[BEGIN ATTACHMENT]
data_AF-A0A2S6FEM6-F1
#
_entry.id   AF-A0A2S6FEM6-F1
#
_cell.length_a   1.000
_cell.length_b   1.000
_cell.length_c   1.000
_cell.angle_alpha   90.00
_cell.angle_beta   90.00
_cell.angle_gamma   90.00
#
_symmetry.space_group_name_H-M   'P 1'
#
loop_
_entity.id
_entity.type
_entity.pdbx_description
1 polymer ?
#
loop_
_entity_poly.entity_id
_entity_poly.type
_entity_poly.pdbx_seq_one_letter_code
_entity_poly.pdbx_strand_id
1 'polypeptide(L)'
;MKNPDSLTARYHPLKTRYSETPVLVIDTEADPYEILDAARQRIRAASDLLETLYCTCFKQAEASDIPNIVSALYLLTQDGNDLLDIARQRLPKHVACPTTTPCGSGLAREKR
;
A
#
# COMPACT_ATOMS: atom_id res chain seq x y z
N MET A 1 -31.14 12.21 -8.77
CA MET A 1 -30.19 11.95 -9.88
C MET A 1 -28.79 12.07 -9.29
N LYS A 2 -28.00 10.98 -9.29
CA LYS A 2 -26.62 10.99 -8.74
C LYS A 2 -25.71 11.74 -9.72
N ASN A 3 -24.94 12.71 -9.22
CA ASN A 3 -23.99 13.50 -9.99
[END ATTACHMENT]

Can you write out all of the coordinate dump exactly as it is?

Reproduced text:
data_AF-A0A2S6FEM6-F1
#
_entry.id   AF-A0A2S6FEM6-F1
#
_cell.length_a   1.000
_cell.length_b   1.000
_cell.length_c   1.000
_cell.angle_alpha   90.00
_cell.angle_beta   90.00
_cell.angle_gamma   90.00
#
_symmetry.space_group_name_H-M   'P 1'
#
loop_
_entity.id
_entity.type
_entity.pdbx_description
1 polymer ?
#
loop_
_entity_poly.entity_id
_entity_poly.type
_entity_poly.pdbx_seq_one_letter_code
_entity_poly.pdbx_strand_id
1 'polypeptide(L)'
;MKNPDSLTARYHPLKTRYSETPVLVIDTEADPYEILDAARQRIRAASDLLETLYCTCFKQAEASDIPNIVSALYLLTQDGNDLLDIARQRLPKHVACPTTTPCGSGLAREKR
;
A
#
# COMPACT_ATOMS: atom_id res chain seq x y z
N MET A 1 -31.14 12.21 -8.77
CA MET A 1 -30.19 11.95 -9.88
C MET A 1 -28.79 12.07 -9.29
N LYS A 2 -28.00 10.98 -9.29
CA LYS A 2 -26.62 10.99 -8.74
C LYS A 2 -25.71 11.74 -9.72
N ASN A 3 -24.94 12.71 -9.22
CA ASN A 3 -23.99 13.50 -9.99